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Determinants and repercussions of the composition of capital inflows

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  • Mark Carlson
  • Leonardo Hernandez

Abstract

The Mexican, Asian, and Russian crises of the mid- and late 1990s have renewed the interest among policymakers in the determinants and effects of private capital flows. This paper analyzes whether policies can affect the composition of capital inflows and whether different compositions aggravate crises. We find that, while fundamentals matter, capital controls can affect the mix of capital inflows that countries receive. We find that during the Asian crisis countries with more Yen denominated debt faired worse, while during the Mexican crisis larger short-term debt stocks increased the severity of the crisis.

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File URL: http://www.federalreserve.gov/pubs/ifdp/2002/717/default.htm
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Bibliographic Info

Paper provided by Board of Governors of the Federal Reserve System (U.S.) in its series International Finance Discussion Papers with number 717.

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Date of creation: 2002
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Handle: RePEc:fip:fedgif:717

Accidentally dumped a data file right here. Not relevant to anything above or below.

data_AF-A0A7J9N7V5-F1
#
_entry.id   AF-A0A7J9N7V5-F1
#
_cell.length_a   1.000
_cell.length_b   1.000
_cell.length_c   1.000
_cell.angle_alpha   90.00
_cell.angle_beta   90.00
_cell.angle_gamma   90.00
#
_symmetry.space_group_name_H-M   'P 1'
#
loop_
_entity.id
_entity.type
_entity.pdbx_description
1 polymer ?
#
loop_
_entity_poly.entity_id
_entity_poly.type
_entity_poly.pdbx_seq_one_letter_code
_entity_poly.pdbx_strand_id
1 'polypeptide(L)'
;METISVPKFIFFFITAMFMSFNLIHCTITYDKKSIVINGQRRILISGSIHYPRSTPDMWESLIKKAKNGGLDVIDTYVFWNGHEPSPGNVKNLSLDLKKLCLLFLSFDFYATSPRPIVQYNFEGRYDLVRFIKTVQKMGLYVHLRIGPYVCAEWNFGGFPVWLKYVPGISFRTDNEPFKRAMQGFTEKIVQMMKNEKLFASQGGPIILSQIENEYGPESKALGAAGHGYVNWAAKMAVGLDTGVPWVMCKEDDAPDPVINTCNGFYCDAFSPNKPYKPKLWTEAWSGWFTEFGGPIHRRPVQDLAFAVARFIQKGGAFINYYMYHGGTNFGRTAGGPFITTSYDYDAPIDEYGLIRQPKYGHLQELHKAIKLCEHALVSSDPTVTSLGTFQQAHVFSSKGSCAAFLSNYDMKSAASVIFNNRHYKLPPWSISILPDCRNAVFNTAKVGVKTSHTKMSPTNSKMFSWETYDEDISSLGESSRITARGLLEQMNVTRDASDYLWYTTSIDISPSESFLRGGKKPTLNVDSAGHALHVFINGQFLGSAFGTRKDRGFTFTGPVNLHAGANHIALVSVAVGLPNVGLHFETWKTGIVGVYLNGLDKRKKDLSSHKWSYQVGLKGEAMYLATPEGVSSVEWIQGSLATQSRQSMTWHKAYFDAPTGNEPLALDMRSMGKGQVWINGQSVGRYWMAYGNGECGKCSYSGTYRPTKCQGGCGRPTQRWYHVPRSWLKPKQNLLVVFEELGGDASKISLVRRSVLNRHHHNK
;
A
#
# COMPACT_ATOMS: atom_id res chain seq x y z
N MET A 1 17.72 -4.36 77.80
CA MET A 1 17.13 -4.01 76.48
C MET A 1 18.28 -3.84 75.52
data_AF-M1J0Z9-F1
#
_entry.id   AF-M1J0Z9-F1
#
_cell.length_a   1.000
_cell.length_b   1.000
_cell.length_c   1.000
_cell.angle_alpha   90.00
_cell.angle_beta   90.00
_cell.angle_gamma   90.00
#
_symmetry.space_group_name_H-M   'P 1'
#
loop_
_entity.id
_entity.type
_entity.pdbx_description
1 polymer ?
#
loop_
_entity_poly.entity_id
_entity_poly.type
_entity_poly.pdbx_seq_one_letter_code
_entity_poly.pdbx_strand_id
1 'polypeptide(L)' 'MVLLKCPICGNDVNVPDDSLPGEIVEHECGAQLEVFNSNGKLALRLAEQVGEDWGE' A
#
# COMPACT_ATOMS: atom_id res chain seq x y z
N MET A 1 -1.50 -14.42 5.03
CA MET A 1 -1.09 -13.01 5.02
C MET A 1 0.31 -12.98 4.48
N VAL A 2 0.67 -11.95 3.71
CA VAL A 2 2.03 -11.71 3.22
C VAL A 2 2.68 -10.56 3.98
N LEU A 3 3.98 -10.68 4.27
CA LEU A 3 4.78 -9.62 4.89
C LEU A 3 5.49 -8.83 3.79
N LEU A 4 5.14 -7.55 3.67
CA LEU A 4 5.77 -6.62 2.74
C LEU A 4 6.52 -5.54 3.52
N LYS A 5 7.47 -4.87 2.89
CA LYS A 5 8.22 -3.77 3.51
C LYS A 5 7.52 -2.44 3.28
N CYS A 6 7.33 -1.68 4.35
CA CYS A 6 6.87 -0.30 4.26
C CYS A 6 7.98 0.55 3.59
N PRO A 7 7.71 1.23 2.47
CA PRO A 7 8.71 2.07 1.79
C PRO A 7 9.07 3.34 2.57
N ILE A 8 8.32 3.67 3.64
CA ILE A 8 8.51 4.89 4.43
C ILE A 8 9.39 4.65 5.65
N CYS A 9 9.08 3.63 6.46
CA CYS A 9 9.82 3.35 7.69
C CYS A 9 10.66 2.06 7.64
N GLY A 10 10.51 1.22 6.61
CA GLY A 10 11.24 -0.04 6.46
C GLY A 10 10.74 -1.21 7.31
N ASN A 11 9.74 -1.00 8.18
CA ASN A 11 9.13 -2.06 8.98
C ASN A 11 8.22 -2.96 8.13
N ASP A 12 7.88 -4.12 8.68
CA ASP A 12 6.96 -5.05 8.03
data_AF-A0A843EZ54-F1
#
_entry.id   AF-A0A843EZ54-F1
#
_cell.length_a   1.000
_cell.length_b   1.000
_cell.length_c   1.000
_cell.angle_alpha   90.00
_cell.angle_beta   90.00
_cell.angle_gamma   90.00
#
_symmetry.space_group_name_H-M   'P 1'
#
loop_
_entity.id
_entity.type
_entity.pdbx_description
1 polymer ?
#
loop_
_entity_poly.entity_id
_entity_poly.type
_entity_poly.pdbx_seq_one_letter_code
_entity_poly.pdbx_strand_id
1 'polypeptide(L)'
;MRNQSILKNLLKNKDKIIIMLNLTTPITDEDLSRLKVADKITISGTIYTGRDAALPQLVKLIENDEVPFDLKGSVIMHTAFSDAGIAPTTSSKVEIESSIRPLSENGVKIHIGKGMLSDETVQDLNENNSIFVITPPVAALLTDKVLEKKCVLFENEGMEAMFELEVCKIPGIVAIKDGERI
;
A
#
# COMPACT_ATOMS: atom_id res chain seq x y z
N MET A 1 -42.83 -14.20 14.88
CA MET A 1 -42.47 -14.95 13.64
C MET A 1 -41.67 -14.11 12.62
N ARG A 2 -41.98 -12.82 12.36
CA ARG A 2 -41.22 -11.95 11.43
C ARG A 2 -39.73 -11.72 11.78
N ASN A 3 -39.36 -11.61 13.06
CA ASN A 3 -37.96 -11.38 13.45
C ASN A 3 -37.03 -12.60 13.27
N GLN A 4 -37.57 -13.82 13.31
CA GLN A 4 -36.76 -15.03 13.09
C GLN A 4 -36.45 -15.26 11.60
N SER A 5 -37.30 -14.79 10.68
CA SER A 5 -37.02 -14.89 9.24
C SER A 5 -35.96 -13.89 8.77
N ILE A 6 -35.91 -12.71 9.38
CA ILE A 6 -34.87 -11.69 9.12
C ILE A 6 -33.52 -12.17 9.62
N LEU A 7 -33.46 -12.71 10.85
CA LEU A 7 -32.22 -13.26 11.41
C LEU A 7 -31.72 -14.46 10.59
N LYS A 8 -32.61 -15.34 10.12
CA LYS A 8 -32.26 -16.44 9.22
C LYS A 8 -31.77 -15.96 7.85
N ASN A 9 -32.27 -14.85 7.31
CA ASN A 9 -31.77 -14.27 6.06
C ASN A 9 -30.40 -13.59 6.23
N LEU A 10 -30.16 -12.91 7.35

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Keywords: Capital movements ; Financial crises - Asia ; Financial crises - Mexico;

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  23. Chuhan, Punam & Claessens, Stijn & Mamingi, Nlandu, 1998. "Equity and bond flows to Latin America and Asia: the role of global and country factors," Journal of Development Economics, Elsevier, vol. 55(2), pages 439-463, April.
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  27. Leonardo Hernández & Heinz Rudolph, 1997. "Sustainability of Private Capital Flows to Developing Countries: Is a Generalized Reversal Likely?," Latin American Journal of Economics-formerly Cuadernos de Economía, Instituto de Economía. Pontificia Universidad Católica de Chile., vol. 34(102), pages 237-266.
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